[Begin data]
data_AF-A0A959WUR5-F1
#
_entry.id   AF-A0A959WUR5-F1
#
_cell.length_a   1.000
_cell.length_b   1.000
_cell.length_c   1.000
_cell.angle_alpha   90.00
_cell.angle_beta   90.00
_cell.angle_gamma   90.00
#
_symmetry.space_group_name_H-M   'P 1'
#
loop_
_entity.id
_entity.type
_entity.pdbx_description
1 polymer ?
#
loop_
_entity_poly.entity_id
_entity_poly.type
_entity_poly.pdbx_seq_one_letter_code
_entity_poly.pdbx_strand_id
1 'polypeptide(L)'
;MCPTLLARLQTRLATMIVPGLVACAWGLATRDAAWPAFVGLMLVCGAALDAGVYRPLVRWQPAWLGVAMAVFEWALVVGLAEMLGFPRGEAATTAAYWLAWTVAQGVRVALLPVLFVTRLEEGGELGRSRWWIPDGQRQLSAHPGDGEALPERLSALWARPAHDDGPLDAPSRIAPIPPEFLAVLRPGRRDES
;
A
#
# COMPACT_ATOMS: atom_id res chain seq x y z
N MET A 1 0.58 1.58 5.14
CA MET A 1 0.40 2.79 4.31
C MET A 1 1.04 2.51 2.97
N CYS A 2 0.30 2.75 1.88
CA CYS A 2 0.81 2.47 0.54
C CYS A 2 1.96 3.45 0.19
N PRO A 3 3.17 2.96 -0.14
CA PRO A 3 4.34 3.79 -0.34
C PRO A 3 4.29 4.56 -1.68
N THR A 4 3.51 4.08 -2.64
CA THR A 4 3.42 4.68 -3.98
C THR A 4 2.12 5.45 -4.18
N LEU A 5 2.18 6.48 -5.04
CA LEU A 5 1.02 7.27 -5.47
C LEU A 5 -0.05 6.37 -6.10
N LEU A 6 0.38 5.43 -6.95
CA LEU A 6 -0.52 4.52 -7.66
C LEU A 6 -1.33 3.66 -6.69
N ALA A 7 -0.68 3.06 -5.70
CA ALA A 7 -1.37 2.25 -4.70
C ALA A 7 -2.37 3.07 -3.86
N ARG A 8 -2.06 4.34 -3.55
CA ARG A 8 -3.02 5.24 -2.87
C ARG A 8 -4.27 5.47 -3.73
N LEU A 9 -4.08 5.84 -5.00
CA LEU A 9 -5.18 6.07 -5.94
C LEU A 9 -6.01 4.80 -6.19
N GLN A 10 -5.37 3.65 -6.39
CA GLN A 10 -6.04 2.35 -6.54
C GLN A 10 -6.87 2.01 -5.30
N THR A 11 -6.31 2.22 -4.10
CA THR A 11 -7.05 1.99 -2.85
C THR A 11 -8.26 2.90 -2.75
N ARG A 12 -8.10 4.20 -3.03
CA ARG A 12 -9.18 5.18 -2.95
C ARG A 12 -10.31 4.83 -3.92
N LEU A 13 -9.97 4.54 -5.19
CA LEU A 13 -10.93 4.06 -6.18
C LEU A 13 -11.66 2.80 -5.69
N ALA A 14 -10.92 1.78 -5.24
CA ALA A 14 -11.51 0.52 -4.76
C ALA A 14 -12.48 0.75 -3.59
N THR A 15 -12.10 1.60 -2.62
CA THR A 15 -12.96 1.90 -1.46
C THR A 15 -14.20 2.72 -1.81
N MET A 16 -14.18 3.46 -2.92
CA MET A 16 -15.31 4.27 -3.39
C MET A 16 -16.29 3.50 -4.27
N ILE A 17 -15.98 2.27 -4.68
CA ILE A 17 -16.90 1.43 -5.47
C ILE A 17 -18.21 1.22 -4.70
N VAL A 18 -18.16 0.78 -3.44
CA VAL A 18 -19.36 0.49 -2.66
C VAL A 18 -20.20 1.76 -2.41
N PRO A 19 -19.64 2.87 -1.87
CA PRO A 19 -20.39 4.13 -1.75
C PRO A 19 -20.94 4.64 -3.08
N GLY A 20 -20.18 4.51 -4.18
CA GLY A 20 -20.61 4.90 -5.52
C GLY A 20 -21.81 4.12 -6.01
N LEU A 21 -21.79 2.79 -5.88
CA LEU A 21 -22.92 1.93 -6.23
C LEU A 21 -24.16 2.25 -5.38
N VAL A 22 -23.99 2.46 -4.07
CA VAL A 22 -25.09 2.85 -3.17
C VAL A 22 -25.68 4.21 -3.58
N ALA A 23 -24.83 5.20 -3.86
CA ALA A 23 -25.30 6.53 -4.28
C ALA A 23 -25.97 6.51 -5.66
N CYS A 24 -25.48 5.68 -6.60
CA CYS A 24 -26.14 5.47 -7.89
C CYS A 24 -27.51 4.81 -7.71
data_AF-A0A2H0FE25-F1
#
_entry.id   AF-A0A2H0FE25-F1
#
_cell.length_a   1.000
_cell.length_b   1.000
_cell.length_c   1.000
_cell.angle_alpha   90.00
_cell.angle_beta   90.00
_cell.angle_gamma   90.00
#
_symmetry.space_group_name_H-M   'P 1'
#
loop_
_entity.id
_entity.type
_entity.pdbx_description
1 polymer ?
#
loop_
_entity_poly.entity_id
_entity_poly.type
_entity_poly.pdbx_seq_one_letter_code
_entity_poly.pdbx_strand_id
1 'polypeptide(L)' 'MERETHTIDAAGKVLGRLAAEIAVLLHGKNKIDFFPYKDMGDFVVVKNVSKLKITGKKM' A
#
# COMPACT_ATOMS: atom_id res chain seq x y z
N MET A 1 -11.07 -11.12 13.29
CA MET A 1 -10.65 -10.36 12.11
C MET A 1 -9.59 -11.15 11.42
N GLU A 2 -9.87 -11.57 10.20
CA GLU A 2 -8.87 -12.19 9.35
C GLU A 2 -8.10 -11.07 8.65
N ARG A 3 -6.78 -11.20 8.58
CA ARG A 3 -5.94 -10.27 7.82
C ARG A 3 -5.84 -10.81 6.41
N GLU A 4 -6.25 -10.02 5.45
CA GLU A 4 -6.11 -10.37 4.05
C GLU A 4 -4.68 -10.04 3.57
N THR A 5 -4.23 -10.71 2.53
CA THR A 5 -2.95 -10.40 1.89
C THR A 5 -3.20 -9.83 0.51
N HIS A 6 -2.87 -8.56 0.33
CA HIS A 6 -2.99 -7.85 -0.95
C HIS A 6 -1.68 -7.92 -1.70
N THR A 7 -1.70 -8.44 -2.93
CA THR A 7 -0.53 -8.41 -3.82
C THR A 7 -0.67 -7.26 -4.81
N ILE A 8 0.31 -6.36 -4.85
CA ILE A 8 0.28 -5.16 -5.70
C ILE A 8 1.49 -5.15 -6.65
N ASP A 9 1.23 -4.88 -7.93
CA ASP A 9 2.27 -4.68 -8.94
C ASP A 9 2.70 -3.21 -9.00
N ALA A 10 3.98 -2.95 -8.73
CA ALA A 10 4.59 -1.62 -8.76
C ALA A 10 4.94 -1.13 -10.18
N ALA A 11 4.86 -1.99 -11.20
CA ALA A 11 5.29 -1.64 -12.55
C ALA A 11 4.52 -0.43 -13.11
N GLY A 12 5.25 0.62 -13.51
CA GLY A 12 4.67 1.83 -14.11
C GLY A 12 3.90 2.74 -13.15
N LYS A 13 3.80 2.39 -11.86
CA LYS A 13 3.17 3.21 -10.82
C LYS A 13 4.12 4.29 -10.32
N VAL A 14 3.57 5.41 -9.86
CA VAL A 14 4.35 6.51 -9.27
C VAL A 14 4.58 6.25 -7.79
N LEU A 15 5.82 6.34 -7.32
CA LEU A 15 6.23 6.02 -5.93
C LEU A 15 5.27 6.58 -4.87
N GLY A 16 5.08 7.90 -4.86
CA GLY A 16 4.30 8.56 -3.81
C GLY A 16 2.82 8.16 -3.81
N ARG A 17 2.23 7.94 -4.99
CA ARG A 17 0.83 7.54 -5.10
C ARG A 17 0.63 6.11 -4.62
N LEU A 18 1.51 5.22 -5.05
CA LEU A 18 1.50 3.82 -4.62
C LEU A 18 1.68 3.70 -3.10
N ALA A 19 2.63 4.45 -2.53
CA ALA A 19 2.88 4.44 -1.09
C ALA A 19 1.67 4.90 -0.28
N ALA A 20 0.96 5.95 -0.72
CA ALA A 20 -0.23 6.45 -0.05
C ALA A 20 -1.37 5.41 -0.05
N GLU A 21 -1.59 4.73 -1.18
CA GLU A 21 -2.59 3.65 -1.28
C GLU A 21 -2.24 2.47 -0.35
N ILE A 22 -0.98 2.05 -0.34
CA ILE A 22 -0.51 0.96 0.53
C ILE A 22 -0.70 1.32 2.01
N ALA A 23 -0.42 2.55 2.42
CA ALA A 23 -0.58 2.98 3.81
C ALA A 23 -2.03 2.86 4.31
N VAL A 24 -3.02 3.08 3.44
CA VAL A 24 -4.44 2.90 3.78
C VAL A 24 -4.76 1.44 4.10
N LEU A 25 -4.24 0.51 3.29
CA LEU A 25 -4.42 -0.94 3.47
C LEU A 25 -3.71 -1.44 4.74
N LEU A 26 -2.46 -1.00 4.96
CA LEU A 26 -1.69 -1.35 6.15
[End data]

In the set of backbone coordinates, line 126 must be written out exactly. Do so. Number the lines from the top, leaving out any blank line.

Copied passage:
_entity_poly.pdbx_strand_id